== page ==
Very few structures remain from the era in which the depot symbolized the prosperity of White Pass and Whitehorse. The Old Firehall directly to the south sits awaiting a new use; a few of the piers which once supported the vast wharf and buildings remain; and the Taylor & Drury Building, now Horwood's, has been altered considerably over the years.
Two-storey Frame Building
This building is a two-storey wood frame structure with a gable roof and log siding. Cedar shingles cover the roof.
An extension to the second storey and the placement of log siding to the exterior occurred in the 1950's.
This depot is located at the foot of Main Street, and is the second to occupy the site. The first depot, constructed in October 1900, was formally and aesthetically consistent with the architecture of small town depots scattered across Canada in the early part of the century. It accommodated the White Pass & Yukon Route offices, a customs house, and the North West Mounted Police station.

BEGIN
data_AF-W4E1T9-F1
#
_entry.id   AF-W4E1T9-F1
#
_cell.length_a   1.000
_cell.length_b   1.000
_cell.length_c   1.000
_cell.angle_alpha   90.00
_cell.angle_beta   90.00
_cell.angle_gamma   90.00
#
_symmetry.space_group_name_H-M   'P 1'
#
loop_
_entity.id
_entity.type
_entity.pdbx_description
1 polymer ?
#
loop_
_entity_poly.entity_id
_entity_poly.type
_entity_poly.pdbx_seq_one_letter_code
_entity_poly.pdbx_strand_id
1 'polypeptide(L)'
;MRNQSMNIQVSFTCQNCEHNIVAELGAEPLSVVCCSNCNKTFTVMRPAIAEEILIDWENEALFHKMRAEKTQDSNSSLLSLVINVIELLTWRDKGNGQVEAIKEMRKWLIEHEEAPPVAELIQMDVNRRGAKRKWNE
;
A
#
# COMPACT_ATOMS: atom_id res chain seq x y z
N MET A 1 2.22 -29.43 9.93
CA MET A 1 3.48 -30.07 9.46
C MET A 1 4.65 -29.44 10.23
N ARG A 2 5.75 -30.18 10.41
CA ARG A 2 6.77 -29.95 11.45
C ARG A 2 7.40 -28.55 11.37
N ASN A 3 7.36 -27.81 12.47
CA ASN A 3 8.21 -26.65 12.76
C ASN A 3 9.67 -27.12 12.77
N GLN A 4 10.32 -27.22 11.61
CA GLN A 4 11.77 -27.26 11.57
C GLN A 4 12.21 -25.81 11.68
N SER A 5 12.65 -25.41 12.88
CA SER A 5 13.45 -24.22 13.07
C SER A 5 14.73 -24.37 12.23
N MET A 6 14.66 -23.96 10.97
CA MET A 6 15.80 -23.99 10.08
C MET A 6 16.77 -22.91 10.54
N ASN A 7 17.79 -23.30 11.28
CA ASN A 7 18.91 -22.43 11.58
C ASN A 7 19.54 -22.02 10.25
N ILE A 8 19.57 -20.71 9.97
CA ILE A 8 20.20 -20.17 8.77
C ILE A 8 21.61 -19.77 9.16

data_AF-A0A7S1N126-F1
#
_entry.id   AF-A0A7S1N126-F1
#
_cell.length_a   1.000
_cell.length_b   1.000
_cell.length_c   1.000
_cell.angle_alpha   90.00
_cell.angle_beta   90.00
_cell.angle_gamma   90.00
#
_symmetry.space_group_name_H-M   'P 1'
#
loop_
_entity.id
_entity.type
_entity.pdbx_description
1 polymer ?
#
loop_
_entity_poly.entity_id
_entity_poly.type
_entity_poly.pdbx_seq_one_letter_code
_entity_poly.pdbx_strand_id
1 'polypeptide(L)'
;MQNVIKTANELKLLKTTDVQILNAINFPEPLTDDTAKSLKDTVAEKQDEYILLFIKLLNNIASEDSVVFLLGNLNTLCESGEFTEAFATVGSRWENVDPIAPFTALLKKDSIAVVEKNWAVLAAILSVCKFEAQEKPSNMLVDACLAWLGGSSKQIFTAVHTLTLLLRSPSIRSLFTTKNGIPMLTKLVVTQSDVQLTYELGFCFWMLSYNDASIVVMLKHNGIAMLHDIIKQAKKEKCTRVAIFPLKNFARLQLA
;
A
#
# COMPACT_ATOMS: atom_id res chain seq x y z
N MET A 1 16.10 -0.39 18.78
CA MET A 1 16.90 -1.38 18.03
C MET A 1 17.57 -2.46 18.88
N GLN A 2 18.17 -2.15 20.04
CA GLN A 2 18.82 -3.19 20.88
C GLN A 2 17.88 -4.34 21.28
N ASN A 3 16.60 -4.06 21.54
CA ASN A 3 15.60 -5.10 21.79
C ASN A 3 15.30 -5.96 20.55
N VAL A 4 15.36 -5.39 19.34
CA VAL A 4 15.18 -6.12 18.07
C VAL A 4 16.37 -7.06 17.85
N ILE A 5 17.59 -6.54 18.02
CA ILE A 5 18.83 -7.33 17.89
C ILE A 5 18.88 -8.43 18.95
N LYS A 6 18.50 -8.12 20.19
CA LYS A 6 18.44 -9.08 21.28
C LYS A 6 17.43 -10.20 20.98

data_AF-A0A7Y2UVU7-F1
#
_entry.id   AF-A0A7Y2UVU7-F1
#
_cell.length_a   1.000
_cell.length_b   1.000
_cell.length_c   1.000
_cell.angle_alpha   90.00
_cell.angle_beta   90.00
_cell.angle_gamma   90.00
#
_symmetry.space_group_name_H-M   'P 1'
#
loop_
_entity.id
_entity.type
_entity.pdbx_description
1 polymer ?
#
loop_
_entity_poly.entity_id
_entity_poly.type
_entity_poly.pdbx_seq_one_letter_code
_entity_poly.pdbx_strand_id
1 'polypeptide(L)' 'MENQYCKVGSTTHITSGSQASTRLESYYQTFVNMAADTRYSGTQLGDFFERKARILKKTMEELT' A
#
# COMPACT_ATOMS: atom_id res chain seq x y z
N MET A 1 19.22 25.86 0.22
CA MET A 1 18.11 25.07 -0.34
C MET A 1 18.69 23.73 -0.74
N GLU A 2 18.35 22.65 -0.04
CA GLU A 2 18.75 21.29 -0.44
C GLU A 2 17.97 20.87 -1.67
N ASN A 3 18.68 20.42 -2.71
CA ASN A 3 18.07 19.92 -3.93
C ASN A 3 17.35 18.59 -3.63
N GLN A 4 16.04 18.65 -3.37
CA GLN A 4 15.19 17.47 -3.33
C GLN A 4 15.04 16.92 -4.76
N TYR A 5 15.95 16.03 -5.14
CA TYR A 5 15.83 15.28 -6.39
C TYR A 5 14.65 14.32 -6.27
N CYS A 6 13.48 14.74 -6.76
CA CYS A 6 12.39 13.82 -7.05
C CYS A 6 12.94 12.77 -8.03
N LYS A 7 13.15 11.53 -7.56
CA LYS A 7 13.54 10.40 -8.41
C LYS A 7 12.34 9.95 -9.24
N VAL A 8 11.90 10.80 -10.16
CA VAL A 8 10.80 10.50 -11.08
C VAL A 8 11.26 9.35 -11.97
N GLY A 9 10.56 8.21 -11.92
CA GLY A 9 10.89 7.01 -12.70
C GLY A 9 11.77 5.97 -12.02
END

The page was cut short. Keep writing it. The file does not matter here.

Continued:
The station was destroyed in 1905 by a fire that ravaged most of Whitehorse's business community, but was reconstructed on the same site within two months. The new depot lacks the characteristic architecture of its earlier version, perhaps because of the haste and necessity of its construction. The upper floor was expanded in the 1950's, and the wood faux-log siding was applied to the exterior.
The building remained in use as a depot until the railway ceased operations in 1982.
Construction of the White Pass and Yukon Route Railroad commenced in 1898 in Skagway, Alaska. It reached Lake Bennett in 1899 where goods were shipped down lakes and rivers to Whitehorse. A link to Whitehorse was completed in 1900.
In 1901, the British Yukon Navigation Company, a subsidiary of White Pass, established a river route between Whitehorse and Dawson. The company became the supply line for the entire Yukon Territory. Whitehorse became the major operational base for the company's rail and water transportation system (and somewhat of a company town).
White Pass supplied many jobs and attracted other commercial ventures to the community. Through another subsidiary, the British Yukon Land Company, created in 1900, controlled the sale or lease of property in Whitehorse.